This is no fish tale: A new Georgia Museum of Natural History Web site offers the most complete look at Georgia fishes, what they are and where they’re found.
“There has never been anything this comprehensive,” said Brett Albanese, a senior aquatic zoologist with the Georgia Department of Natural Resources.
Fishes of Georgia is the work of Albanese, Museum of Natural History Director Bud Freeman and Carrie Straight, a research professional with the University of Georgia Odum School of Ecology. The Web site at http://fishesofgeorgia.uga.edu/ went online in March. Behind the lists, photographs and distribution maps are thousands of hours spent studying records, sampling streams and inspecting fish preserved in jars.
Results include a Fishes of Georgia Atlas database that features more than 159,000 fish records from 19,028 collections, and an easy-to-use Web site that documents the state’s deep lineup of freshwater fish. A 1997 publication reported 219 native freshwater fishes for Georgia. Through the atlas project, that total now stands at 265, placing Georgia among the top three U.S. states for freshwater fish diversity.
Environmental consultants, city planners, conservationists and elementary school teachers are all expected to use the site. Species are listed by scientific and common names. Maps show where each fish lives by basin. (Drainage systems often have different fishes.) A tab allows viewers to submit new records.
There are surprises. Twenty-one species listed have not been formally described – or recognized as new species – although many such as the sicklefin redhorse are well known to ichthyologists like Freeman and Albanese. These fish illustrate what is called cryptic, or hidden, diversity.
Factors contributing to a fish species being undiscovered vary, Freeman said. “They may be in hard to sample places. They may look exactly the same, at first glance. They may be different only genetically.”
Anglers who log in will find more bass than expected. The site lists Bartram’s bass, an undescribed species in the Savannah River basin, and splits redeye bass into a species in the Chattahoochee and Flint River basins and another in the Ocmulgee, Oconee and Ogeechee basins, based on research Freeman spearheaded.
The number of state or federally protected fish – 57 – will raise eyebrows. And at least six species are no longer found in Georgia. Conserving the remaining fishes will require watershed-level measures such as protecting streamside forests, preserving natural areas, and managing better the run-off from urban and rural land uses.
The hope is that Fishes of Georgia informs and educates. Straight modeled the site after the museum’s Georgia Wildlife Web, a popular guide to wildlife. She also avoided flashy features that bank on faster Internet connections. “We tried to accommodate as broad a spectrum of users as we could,” Straight said.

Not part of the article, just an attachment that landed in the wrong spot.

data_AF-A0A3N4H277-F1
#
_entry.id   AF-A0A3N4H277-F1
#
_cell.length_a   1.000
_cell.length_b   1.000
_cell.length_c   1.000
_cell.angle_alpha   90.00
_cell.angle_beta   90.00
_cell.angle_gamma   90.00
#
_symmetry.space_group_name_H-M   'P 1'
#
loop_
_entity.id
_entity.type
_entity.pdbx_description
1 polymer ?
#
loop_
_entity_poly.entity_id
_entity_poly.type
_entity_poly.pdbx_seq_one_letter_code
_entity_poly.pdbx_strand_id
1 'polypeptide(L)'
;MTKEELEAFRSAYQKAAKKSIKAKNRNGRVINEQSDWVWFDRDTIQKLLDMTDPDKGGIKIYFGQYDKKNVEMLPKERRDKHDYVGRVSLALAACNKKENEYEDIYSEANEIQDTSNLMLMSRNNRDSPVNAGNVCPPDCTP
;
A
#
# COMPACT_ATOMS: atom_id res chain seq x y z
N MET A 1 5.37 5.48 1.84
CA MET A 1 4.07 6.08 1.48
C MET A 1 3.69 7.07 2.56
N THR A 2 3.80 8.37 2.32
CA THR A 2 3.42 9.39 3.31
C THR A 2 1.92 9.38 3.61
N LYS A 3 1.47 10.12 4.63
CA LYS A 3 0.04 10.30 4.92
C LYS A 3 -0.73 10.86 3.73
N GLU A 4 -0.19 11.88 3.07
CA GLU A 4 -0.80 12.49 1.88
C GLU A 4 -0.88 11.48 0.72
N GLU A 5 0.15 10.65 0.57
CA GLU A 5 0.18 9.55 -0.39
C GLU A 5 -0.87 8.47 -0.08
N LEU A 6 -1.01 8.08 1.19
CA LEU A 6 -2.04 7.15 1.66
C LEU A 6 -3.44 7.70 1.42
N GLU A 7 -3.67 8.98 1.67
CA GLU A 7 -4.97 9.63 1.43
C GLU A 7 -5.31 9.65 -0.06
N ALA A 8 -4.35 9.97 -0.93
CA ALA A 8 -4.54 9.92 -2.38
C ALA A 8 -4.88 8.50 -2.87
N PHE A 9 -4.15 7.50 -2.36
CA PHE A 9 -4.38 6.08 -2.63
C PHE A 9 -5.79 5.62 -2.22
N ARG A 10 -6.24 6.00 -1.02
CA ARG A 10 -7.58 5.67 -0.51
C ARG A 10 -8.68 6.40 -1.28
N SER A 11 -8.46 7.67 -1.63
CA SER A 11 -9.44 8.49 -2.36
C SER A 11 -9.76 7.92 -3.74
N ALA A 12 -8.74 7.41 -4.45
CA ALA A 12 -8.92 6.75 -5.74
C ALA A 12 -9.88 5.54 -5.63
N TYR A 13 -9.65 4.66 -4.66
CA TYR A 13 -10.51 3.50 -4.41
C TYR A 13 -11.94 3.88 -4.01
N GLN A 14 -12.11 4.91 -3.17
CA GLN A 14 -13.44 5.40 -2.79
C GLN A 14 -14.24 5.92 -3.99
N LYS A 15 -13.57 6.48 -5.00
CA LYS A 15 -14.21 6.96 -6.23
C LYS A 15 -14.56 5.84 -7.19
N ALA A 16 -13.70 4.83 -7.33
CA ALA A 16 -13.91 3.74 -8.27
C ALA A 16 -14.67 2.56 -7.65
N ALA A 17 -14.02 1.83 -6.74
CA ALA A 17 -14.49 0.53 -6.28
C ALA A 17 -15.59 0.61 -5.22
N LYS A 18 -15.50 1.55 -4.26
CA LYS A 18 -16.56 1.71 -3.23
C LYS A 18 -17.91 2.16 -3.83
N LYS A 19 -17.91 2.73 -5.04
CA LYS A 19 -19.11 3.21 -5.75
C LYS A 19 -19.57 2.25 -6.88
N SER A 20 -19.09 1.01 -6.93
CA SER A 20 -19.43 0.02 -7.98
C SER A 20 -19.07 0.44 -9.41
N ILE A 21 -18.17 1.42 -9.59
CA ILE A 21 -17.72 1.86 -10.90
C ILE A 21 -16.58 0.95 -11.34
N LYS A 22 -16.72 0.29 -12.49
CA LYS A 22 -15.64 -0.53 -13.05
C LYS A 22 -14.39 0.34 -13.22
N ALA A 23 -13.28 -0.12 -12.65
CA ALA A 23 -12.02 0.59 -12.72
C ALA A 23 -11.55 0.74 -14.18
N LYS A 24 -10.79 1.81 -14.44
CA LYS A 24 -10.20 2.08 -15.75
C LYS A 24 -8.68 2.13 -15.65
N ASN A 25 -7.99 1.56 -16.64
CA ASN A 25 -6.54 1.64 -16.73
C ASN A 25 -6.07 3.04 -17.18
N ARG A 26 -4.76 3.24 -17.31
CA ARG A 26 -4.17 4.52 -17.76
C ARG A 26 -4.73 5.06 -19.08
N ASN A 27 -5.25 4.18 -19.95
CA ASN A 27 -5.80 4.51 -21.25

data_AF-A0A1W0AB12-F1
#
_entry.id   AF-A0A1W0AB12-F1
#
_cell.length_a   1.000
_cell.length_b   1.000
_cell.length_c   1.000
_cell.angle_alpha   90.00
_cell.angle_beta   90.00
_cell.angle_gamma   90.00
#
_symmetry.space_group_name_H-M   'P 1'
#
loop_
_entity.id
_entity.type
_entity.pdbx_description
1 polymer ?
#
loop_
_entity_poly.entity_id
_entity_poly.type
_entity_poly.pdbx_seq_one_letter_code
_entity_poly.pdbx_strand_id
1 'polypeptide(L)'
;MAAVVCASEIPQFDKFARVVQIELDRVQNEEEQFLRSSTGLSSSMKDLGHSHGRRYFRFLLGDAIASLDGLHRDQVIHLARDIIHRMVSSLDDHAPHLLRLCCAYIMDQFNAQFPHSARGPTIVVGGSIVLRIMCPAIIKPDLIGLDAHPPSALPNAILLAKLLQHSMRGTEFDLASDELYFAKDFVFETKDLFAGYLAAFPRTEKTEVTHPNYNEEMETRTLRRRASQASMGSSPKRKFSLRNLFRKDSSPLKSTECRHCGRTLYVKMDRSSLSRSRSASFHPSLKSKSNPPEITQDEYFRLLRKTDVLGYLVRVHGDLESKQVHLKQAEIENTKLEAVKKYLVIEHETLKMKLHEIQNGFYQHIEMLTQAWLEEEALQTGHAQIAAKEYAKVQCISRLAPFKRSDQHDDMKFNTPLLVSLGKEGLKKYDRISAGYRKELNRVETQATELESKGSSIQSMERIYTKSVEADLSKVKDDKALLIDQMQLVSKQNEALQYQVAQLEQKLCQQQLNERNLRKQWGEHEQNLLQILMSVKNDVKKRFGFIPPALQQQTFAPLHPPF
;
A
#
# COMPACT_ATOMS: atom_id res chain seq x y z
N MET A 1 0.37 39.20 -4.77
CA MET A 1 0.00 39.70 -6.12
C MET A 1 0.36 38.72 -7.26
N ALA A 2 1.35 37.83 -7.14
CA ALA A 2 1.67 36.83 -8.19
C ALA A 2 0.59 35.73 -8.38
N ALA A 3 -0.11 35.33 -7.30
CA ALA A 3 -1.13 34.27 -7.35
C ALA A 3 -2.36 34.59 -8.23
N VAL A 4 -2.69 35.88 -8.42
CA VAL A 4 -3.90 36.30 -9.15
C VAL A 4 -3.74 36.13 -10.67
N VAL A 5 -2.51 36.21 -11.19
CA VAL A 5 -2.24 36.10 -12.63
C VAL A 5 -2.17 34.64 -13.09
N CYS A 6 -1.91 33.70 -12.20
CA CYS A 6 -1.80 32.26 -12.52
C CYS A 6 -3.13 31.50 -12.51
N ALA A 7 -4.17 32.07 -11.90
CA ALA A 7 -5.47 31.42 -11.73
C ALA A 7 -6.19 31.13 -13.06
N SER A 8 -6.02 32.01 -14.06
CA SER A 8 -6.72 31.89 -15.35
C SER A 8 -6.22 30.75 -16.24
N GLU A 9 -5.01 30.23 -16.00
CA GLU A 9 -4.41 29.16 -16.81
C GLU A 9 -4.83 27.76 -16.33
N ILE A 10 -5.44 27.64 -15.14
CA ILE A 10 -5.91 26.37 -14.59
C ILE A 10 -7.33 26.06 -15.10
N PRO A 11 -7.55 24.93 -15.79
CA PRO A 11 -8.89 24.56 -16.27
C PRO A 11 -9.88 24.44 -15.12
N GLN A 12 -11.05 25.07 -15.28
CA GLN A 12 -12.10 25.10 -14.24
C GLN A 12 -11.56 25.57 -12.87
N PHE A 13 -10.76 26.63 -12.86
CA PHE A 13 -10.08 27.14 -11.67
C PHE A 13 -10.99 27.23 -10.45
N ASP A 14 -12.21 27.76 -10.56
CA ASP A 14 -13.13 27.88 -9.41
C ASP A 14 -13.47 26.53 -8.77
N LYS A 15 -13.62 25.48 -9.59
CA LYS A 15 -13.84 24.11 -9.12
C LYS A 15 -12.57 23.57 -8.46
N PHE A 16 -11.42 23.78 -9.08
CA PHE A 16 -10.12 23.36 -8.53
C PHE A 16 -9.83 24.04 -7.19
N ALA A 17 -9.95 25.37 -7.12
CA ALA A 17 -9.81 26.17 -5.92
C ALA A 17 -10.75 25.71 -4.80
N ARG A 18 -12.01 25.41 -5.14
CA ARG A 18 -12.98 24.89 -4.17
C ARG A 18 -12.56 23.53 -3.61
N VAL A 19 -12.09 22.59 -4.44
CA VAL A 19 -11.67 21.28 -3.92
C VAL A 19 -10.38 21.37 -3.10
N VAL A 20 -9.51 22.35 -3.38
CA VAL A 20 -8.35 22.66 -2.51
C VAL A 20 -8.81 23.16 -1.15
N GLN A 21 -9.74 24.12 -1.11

She is still adding maps and photographs. Plans include new search functions. Scientists’ comments also will likely change the information, which includes common coastal fishes and 23 non-native species.
The project was funded by the museum, which is part of the Franklin College of Arts and Sciences at UGA, Georgia DNR’s Nongame Conservation Section and a State Wildlife Grant from the U.S. Fish and Wildlife Service. The Fishes of Georgia Atlas was a priority in Georgia’s Wildlife Action Plan, a comprehensive strategy that guides DNR efforts to conserve biological diversity.
The atlas is a significant component of a larger effort to publish a comprehensive book on the state’s fish fauna. Next steps include the development of taxonomic keys and species accounts, a challenge given the number of species involved. Keeping the atlas up-to-date as new information becomes available is also a high priority for the authors.
Each expects the database and Web site to spur more research and understanding of Georgia fishes.
FISHES OF GEORGIA by the numbers
** Web site features 337 species.
** 284 species occur primarily in freshwater or enter freshwater for feeding or breeding.
** 265 of the freshwater species are considered native to Georgia.
** 23 species are introduced or non-native to the state.
** At least six species are extirpated or extinct from Georgia waters.
** 57 are state protected; eight of these are also protected under the U.S. Endangered Species Act.
** 21 have not been formally described by scientists, including some long-recognized species like the sicklefin redhorse and others like a separate species of redeye bass more recently discovered.
** Online: http://fishesofgeorgia.uga.edu/
Fayette Front Page
Georgia Front Page
Arts Across Georgia